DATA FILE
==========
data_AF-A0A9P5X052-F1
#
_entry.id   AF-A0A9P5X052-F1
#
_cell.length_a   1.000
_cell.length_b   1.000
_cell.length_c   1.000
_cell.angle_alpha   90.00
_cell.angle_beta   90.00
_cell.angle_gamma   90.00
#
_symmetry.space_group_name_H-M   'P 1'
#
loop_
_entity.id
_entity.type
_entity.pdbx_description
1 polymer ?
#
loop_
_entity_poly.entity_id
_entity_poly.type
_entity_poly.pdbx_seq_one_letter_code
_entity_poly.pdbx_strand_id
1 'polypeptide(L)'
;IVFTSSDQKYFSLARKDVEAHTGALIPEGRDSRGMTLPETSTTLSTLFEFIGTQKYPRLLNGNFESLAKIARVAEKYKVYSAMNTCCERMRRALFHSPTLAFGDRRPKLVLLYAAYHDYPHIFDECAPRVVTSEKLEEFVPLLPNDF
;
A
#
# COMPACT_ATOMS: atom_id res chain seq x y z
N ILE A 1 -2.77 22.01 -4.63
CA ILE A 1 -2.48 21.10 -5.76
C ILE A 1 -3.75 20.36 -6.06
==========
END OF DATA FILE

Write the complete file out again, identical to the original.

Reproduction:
data_AF-A0A9P5X052-F1
#
_entry.id   AF-A0A9P5X052-F1
#
_cell.length_a   1.000
_cell.length_b   1.000
_cell.length_c   1.000
_cell.angle_alpha   90.00
_cell.angle_beta   90.00
_cell.angle_gamma   90.00
#
_symmetry.space_group_name_H-M   'P 1'
#
loop_
_entity.id
_entity.type
_entity.pdbx_description
1 polymer ?
#
loop_
_entity_poly.entity_id
_entity_poly.type
_entity_poly.pdbx_seq_one_letter_code
_entity_poly.pdbx_strand_id
1 'polypeptide(L)'
;IVFTSSDQKYFSLARKDVEAHTGALIPEGRDSRGMTLPETSTTLSTLFEFIGTQKYPRLLNGNFESLAKIARVAEKYKVYSAMNTCCERMRRALFHSPTLAFGDRRPKLVLLYAAYHDYPHIFDECAPRVVTSEKLEEFVPLLPNDF
;
A
#
# COMPACT_ATOMS: atom_id res chain seq x y z
N ILE A 1 -2.77 22.01 -4.63
CA ILE A 1 -2.48 21.10 -5.76
C ILE A 1 -3.75 20.36 -6.06